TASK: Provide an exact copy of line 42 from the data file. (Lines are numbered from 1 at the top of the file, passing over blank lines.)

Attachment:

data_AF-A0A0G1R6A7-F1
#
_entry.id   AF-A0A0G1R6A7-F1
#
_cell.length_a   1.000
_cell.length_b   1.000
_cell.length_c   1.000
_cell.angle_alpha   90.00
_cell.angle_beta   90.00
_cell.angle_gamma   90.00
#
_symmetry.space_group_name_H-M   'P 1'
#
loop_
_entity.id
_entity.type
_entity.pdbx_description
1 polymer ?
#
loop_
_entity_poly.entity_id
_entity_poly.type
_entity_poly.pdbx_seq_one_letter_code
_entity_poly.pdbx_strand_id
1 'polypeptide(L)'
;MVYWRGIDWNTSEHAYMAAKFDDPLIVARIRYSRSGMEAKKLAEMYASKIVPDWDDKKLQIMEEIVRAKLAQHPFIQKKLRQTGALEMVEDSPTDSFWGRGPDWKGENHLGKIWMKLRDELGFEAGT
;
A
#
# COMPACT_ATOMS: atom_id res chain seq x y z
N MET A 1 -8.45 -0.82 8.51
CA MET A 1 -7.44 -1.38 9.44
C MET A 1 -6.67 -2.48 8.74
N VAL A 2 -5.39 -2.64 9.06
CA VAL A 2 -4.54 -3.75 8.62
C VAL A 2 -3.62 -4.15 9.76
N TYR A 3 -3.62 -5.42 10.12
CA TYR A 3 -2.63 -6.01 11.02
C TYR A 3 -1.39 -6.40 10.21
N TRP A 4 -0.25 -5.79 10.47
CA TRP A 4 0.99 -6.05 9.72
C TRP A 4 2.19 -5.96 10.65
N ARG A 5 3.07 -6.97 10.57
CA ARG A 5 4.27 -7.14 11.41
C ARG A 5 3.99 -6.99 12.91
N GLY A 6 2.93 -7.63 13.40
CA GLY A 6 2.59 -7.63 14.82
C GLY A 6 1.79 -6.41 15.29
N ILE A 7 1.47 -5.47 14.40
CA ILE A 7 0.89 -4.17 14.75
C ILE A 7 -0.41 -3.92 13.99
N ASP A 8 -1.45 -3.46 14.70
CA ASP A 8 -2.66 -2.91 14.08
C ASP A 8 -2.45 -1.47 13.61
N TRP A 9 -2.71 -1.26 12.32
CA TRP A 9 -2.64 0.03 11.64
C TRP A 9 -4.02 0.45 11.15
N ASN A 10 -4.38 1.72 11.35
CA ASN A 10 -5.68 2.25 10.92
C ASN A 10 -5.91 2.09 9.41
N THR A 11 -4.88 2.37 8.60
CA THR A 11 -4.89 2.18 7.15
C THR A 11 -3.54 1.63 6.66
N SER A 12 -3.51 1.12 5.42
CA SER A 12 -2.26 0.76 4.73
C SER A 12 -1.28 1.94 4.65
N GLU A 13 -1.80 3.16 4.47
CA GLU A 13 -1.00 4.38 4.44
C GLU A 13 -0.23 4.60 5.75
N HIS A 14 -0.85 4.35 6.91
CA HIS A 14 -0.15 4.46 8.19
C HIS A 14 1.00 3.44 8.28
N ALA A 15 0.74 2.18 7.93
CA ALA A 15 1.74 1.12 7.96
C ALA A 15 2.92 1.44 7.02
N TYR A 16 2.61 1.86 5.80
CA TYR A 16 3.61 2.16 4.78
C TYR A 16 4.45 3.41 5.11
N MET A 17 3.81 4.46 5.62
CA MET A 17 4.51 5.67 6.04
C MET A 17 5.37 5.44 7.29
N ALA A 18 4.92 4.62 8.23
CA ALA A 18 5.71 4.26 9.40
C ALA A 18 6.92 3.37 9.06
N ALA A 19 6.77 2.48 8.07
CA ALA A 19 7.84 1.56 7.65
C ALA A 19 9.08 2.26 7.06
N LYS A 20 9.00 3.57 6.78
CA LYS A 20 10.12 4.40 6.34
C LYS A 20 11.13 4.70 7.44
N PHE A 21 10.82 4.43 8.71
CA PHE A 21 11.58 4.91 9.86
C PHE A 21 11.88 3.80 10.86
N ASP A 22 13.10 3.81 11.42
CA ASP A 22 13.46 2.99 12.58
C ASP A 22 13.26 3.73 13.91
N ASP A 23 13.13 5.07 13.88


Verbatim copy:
C TRP A 4 2.19 -5.96 10.65